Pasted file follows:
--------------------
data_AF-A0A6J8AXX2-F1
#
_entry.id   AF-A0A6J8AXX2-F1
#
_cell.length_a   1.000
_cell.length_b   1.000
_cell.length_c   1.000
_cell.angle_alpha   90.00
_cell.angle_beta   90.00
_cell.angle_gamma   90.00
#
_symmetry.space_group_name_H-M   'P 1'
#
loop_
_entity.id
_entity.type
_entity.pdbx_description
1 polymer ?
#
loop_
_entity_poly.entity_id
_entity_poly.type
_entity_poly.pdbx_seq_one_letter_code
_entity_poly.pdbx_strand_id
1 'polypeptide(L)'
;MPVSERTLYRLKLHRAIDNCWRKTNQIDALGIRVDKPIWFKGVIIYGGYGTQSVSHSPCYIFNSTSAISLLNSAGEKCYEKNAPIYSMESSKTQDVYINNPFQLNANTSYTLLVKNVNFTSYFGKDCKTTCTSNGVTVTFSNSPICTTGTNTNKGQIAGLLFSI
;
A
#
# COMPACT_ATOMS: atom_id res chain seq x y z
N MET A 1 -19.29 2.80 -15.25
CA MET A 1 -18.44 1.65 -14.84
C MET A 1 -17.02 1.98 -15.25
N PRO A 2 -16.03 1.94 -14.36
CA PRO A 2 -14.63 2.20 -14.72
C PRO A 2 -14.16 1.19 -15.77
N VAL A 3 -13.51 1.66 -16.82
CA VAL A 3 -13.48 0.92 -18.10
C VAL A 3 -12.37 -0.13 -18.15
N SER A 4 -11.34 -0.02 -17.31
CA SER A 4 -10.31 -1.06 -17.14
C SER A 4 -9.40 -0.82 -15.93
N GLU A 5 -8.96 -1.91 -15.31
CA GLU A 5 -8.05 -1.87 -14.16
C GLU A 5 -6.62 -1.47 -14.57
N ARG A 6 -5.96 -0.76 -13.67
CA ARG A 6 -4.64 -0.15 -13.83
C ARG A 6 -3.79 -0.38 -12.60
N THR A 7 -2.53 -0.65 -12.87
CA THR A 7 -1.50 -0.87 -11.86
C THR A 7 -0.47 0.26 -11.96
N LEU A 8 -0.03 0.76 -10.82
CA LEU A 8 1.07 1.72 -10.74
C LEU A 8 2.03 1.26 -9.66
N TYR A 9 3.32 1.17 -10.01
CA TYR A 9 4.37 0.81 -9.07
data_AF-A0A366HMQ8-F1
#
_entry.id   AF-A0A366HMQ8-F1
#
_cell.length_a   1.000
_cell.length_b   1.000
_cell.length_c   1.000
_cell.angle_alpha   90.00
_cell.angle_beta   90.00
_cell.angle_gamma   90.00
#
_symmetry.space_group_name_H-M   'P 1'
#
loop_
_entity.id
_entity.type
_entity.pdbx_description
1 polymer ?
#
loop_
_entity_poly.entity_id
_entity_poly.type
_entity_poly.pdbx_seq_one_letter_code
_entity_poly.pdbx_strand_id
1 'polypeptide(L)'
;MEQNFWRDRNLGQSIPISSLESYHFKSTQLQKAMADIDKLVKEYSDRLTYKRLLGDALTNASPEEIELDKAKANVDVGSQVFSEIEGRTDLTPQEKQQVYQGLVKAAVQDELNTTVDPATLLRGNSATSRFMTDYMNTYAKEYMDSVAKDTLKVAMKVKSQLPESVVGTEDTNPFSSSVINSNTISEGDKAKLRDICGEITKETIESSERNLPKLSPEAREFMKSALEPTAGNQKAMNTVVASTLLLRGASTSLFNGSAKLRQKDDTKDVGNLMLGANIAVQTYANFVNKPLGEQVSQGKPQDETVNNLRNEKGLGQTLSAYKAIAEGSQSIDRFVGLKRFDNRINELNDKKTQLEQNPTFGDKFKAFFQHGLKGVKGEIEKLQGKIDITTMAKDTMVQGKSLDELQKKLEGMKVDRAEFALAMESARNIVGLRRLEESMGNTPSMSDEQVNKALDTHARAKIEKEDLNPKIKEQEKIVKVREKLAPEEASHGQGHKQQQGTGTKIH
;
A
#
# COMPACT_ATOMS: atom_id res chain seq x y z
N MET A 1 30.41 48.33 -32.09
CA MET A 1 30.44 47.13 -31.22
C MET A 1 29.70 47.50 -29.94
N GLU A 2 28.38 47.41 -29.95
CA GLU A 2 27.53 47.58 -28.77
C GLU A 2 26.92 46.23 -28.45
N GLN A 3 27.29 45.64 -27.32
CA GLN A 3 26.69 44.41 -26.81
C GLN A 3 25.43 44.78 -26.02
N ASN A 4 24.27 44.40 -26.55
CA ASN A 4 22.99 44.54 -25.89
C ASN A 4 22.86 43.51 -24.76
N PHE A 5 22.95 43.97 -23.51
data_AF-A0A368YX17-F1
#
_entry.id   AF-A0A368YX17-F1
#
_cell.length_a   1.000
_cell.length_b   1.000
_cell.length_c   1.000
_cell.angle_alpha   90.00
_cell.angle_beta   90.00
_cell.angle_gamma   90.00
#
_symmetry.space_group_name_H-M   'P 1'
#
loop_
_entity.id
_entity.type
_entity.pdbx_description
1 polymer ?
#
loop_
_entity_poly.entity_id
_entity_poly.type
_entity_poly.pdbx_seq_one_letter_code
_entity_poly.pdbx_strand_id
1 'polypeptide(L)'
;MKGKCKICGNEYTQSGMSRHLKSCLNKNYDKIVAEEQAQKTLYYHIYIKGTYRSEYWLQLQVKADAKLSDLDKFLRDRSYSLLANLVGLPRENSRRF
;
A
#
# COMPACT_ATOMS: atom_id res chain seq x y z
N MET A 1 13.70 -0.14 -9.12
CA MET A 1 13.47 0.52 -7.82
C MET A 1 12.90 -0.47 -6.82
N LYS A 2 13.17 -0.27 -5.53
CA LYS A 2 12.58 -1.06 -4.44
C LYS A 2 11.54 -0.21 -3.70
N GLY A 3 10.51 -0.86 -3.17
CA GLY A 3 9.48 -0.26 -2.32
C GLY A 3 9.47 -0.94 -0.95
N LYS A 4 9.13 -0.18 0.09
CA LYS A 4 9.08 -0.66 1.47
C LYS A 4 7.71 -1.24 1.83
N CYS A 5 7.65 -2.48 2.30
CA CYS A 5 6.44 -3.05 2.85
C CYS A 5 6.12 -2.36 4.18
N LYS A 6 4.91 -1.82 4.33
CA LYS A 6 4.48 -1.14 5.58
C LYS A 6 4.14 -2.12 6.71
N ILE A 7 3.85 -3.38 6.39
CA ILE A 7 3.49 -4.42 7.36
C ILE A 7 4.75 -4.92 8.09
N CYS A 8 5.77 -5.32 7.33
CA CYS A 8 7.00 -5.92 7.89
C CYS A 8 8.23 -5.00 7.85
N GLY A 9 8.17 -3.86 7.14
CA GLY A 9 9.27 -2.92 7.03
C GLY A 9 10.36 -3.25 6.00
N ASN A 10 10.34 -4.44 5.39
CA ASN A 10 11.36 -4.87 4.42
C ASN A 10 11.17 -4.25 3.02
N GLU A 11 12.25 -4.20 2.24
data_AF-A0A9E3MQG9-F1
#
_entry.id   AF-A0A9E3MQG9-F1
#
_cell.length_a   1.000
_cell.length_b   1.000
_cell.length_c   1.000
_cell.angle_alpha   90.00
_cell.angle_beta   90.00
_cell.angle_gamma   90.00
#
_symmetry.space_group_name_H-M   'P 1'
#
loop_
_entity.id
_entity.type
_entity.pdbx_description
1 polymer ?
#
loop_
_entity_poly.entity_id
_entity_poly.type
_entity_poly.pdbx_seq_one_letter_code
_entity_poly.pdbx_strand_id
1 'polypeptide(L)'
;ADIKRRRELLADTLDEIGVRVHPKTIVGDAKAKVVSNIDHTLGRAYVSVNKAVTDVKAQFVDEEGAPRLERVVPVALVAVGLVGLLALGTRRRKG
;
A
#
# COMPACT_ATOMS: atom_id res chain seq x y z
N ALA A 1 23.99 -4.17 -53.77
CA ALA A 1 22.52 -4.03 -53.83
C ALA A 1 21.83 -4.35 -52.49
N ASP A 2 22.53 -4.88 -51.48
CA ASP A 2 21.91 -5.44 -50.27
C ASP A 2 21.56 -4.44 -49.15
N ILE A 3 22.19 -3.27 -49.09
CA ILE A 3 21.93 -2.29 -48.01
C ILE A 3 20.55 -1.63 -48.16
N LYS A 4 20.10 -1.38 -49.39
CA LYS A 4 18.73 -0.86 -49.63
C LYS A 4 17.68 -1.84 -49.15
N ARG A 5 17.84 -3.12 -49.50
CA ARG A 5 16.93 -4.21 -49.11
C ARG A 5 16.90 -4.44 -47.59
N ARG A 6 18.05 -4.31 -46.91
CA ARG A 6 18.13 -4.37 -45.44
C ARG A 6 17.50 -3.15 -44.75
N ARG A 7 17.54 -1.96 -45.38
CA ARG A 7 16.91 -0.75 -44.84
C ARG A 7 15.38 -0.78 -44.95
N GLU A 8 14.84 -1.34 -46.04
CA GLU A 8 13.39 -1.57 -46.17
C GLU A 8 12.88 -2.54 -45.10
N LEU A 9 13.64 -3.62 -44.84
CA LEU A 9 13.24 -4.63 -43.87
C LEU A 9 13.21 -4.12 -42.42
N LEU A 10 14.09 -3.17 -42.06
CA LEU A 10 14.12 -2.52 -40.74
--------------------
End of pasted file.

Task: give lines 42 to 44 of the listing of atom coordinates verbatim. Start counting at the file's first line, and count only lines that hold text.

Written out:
C SER A 4 -9.40 -0.82 -15.93
N GLU A 5 -8.96 -1.91 -15.31
CA GLU A 5 -8.05 -1.87 -14.16